Trumbull native completes 2,200-mile hike
After completing a four-month hike that covered nearly 2,200 miles, Trumbull resident Bill McGovern celebrated by taking a walk.
“Mount Katahdin in Maine is the end of the Appalachian Trail, but it’s really in the middle of nowhere,” McGovern said. “So after completing the trail, we stayed at the top for about a half hour, took some photos, then walked five miles back to the road.”
McGovern, a Trumbull resident, 2012 St. Joseph High graduate and Nichols Fire Dept. volunteer, hiked the entire Appalachian Trail from Springer Mountain in Georgia to Mt.Katahdin in northern Maine. As many as 2,000 hikers attempt to hike the trail each year, but only about 25% of them actually complete it. The hike typically takes five months or more, but McGovern made it in just over four months, an accomplishment he attributes to his youth and relative poverty as a recent college graduate.
“Every three or four days, the trail will pass near a town and a lot of hikers will take the opportunity to spend the night at a motel or a hostel,” McGovern said. “But I was on a budget, so I would just walk into town, get some supplies, then keep walking. That saves a lot of time.”
The idea to hike the entire Appalachian Trail started two years ago, when McGovern was a computer engineering students at George Mason U. He and a fellow student spent five days hiking a 35-mile section of the trail in Virginia, and McGovern was hooked on long-distance hiking.
After a few more multi-day hikes, including a 2016 walk from Connecticut to Vermont, McGovern found himself shivering on Springer Mountain March 4, with snow still on the ground and a 30-pound pack containing a tent, a water filter and five days food supply on his back.
“I tried to keep my pack as light as possible, so I eventually started carrying just about three days of food, since you pass through towns every few days,” McGovern said.
The diet of a typical trail hiker would likely not meet with their mother’s approval, he added. With the physical exertion, hikers typically burn more than 4,500 calories a day.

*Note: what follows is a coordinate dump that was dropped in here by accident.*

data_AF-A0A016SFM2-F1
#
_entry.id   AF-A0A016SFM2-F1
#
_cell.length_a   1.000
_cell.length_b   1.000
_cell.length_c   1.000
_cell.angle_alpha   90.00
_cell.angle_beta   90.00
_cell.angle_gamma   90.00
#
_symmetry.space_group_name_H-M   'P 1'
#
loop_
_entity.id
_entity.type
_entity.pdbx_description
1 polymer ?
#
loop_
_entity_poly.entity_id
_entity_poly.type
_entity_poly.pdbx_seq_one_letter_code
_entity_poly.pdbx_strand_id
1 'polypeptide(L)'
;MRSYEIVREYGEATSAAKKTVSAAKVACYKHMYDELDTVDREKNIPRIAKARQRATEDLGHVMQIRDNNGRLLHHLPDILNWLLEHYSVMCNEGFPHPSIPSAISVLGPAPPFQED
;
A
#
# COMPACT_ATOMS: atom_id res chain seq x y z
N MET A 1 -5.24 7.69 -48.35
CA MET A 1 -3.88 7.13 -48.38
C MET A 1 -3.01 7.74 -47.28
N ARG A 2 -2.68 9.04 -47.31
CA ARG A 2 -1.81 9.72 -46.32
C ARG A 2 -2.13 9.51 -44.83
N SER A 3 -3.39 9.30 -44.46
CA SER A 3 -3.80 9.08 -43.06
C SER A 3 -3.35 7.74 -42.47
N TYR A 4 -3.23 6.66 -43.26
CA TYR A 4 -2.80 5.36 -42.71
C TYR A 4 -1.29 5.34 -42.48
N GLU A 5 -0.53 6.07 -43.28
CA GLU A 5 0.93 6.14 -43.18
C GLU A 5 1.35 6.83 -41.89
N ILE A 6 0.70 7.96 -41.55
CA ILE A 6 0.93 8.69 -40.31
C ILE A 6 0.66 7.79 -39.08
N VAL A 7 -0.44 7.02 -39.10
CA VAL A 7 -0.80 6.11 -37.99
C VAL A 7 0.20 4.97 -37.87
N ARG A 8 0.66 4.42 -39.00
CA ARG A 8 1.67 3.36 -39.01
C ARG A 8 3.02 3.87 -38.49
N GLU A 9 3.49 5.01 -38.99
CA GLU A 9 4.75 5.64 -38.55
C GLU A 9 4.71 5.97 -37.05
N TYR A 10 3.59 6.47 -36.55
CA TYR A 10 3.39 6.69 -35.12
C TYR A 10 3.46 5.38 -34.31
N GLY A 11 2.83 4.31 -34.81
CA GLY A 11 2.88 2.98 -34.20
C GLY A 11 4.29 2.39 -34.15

“You live on freeze-dried [garbage] and junk food,” he said. “After a while, there’s just no sense in trying to eat healthy because you’re burning so many calories. You need that 680-calorie honey bun and Coke.”
Table manners also fell by the wayside fairly quickly, he said.
“Breakfast most days was a few oatmeal packets,” he said. “Open the envelope, pour some water in and eat it like that. I didn’t even bother to heat the water, because that takes time that I could be walking.”
Lunch on the trail typically consisted of a bagel with pepperoni, salami and cheese, augmented with chocolate bars, peanut butter crackers and Pop Tarts. Dinners, the only meal when most hikers bother to cook, was typically ramen noodles, macaroni and cheese and other lightweight high-calorie fare. When passing through towns, he and other hikers typically loaded up at pizza buffets and fast-food stops. Even still, McGovern ended the hike five pounds lighter, and visibly leaner, than when he started.
McGovern averaged about 18 miles a day, though like most hikers, he “found his legs” at about the 600-mile mark, when he began routinely covering more than 20 miles each day. On his longest day, he covered the same 35 miles of Virginia forests that took him five days back in 2015, in 13 hours.
Now back in Trumbull, McGovern is already planning his next trip, leaving for Virginia next week, this time in a car.
“I start my job as a software engineer next month, so that’s another adventure,” he said.
To view a video diary of McGovern’s Appalachian Trail hike visit youtube.com/c/billymcgovern.